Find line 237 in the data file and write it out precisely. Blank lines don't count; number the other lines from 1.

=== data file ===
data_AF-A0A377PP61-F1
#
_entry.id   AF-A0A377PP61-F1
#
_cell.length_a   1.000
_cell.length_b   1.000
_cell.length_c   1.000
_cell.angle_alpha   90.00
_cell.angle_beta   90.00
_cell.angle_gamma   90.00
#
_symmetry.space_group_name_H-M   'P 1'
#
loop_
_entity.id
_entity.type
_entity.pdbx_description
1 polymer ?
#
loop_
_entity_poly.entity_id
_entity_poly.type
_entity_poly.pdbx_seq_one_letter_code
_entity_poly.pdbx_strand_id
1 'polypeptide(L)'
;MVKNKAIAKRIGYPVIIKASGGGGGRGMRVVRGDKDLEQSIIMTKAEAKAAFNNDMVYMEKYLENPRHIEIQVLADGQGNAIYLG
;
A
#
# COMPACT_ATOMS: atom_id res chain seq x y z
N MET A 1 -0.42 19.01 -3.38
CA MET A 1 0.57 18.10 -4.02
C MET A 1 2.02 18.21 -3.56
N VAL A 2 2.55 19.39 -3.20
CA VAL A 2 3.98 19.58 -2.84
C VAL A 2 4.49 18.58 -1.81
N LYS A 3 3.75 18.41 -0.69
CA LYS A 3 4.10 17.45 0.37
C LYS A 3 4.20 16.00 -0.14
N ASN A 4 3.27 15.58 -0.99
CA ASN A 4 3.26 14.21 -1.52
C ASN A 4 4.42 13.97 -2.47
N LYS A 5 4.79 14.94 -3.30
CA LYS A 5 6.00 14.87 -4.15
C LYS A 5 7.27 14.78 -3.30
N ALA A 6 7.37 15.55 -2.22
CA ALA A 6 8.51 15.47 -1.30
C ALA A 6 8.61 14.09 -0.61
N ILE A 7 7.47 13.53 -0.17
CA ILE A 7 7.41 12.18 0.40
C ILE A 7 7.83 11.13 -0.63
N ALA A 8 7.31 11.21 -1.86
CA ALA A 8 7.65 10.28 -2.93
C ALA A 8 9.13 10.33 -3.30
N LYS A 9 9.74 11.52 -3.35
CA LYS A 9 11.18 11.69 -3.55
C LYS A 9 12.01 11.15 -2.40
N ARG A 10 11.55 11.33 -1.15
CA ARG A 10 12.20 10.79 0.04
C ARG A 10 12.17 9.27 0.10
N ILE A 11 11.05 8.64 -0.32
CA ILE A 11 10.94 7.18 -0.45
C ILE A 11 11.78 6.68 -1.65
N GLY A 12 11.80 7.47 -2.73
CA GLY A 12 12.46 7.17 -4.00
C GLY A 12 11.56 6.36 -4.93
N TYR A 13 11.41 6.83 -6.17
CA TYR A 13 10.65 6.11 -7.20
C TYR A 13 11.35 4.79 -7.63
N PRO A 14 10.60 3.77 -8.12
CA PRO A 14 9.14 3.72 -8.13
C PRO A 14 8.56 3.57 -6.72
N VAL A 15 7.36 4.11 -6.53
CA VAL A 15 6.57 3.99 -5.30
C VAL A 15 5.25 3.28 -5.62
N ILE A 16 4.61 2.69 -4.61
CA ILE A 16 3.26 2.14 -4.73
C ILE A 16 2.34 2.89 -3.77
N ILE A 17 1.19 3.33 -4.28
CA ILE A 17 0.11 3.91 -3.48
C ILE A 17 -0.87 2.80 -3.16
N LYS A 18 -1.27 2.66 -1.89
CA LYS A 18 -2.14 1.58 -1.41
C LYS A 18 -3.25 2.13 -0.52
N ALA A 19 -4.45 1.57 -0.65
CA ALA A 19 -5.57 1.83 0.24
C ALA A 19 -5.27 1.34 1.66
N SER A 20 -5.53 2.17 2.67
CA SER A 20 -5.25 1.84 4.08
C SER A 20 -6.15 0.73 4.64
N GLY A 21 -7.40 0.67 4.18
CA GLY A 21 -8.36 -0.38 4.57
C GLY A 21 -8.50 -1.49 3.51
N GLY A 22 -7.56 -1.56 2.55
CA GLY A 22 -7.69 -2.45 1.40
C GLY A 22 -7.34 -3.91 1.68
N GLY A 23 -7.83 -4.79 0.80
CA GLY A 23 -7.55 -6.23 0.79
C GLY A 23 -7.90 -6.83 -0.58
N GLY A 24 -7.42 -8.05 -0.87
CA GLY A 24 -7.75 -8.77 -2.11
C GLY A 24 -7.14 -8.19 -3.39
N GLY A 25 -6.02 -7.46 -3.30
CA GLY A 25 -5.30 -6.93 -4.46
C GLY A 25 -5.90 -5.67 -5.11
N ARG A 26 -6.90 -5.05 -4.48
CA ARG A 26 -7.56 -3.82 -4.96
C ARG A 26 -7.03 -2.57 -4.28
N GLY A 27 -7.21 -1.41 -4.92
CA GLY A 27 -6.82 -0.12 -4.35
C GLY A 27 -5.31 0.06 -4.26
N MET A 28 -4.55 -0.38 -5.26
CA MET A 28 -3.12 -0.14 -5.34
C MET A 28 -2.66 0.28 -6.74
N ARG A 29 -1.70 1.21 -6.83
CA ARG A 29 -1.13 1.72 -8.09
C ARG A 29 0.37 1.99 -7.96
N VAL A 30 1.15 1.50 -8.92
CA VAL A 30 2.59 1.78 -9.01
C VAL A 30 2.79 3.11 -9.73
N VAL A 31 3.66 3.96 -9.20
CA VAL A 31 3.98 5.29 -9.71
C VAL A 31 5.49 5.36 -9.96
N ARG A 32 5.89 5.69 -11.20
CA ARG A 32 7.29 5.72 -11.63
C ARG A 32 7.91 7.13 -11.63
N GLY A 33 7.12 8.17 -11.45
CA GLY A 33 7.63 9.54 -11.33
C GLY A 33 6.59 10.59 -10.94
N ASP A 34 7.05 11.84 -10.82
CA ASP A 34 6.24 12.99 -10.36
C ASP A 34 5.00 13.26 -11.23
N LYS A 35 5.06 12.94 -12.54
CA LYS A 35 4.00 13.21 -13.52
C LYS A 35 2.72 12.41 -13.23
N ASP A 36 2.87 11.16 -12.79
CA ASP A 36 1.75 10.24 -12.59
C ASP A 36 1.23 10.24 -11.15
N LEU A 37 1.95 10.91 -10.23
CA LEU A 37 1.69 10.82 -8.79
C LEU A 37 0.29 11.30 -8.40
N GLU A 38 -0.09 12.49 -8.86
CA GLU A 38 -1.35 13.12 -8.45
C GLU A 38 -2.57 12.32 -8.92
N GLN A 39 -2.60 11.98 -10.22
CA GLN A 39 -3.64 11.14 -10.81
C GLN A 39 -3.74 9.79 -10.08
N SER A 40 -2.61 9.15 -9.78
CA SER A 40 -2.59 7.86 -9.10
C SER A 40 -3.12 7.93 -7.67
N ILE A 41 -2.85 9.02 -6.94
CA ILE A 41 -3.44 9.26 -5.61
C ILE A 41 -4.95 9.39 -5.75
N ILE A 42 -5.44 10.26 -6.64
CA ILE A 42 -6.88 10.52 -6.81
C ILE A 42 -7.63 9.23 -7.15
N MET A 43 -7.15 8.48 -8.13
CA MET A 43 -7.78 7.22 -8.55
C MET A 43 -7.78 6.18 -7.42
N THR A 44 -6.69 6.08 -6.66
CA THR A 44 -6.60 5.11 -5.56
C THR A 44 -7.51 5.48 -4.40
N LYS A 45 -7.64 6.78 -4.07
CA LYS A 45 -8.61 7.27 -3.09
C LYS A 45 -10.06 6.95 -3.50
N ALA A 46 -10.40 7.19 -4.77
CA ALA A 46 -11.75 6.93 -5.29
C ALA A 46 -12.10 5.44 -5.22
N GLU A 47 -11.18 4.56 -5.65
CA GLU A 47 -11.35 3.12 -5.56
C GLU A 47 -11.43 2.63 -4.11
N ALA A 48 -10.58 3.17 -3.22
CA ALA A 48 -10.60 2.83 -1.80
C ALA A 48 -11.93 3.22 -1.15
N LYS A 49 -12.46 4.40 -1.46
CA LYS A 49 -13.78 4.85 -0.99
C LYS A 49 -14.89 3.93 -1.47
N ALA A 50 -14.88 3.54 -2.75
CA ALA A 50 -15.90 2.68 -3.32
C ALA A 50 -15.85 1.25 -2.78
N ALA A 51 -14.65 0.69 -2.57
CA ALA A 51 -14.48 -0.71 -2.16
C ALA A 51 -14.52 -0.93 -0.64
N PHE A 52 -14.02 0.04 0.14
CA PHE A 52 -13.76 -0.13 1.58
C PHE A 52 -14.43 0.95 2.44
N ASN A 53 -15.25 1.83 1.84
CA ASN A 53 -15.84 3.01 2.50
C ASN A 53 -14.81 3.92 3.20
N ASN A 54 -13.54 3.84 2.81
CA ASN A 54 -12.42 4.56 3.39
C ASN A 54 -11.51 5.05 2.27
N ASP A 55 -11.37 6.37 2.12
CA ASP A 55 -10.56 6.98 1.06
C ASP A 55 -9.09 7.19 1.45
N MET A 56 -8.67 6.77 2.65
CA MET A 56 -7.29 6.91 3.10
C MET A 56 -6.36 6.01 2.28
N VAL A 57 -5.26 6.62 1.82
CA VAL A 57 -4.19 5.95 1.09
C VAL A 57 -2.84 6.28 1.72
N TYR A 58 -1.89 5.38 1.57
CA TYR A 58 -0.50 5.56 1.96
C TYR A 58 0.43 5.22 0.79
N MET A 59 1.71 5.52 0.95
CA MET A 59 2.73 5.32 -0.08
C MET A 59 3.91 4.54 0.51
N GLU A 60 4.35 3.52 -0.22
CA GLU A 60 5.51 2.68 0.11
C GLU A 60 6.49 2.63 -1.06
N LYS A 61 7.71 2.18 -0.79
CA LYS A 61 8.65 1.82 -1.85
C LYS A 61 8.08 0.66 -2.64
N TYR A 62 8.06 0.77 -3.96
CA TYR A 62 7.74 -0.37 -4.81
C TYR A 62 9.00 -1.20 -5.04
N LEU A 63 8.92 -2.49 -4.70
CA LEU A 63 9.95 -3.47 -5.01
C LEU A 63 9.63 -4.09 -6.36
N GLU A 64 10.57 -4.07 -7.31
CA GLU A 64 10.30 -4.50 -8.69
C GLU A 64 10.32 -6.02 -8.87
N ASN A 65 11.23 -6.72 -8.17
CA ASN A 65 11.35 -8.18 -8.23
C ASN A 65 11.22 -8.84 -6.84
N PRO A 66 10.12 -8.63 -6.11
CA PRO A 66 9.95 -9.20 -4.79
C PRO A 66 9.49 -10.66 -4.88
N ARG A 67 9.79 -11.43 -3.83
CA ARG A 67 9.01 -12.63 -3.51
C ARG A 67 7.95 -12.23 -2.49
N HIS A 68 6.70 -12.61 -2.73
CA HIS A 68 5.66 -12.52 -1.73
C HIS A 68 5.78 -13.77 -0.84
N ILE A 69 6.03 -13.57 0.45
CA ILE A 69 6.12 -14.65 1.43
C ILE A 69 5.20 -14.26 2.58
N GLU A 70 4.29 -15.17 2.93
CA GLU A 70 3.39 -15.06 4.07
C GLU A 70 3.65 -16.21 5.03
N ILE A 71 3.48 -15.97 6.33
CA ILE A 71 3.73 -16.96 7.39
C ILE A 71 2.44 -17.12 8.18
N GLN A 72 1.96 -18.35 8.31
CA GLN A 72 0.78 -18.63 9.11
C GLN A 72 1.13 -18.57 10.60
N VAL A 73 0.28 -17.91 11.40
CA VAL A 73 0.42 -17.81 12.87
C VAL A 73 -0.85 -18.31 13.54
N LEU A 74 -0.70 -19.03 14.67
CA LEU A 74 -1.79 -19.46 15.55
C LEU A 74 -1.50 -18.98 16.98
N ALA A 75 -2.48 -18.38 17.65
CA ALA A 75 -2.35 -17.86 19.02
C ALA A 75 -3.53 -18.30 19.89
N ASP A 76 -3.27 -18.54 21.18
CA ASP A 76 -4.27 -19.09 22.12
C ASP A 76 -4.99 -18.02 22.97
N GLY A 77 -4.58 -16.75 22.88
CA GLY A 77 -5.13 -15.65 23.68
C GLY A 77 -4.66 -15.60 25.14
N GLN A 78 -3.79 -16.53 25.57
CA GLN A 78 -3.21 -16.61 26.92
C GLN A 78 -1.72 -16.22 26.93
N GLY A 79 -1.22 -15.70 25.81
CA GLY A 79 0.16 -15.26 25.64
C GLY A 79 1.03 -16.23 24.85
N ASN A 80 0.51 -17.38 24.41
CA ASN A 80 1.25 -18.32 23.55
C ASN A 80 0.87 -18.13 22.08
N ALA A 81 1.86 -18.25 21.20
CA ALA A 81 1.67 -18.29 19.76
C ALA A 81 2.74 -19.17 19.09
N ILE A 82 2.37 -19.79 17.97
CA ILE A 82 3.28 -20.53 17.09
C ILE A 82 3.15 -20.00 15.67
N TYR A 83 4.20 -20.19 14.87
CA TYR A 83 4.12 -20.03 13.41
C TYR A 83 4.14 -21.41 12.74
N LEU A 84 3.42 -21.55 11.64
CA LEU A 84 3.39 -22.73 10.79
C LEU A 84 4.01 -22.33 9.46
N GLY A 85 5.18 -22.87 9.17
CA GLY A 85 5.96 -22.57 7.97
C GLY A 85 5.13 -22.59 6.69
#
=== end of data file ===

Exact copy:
C ILE A 69 5.20 -14.26 2.58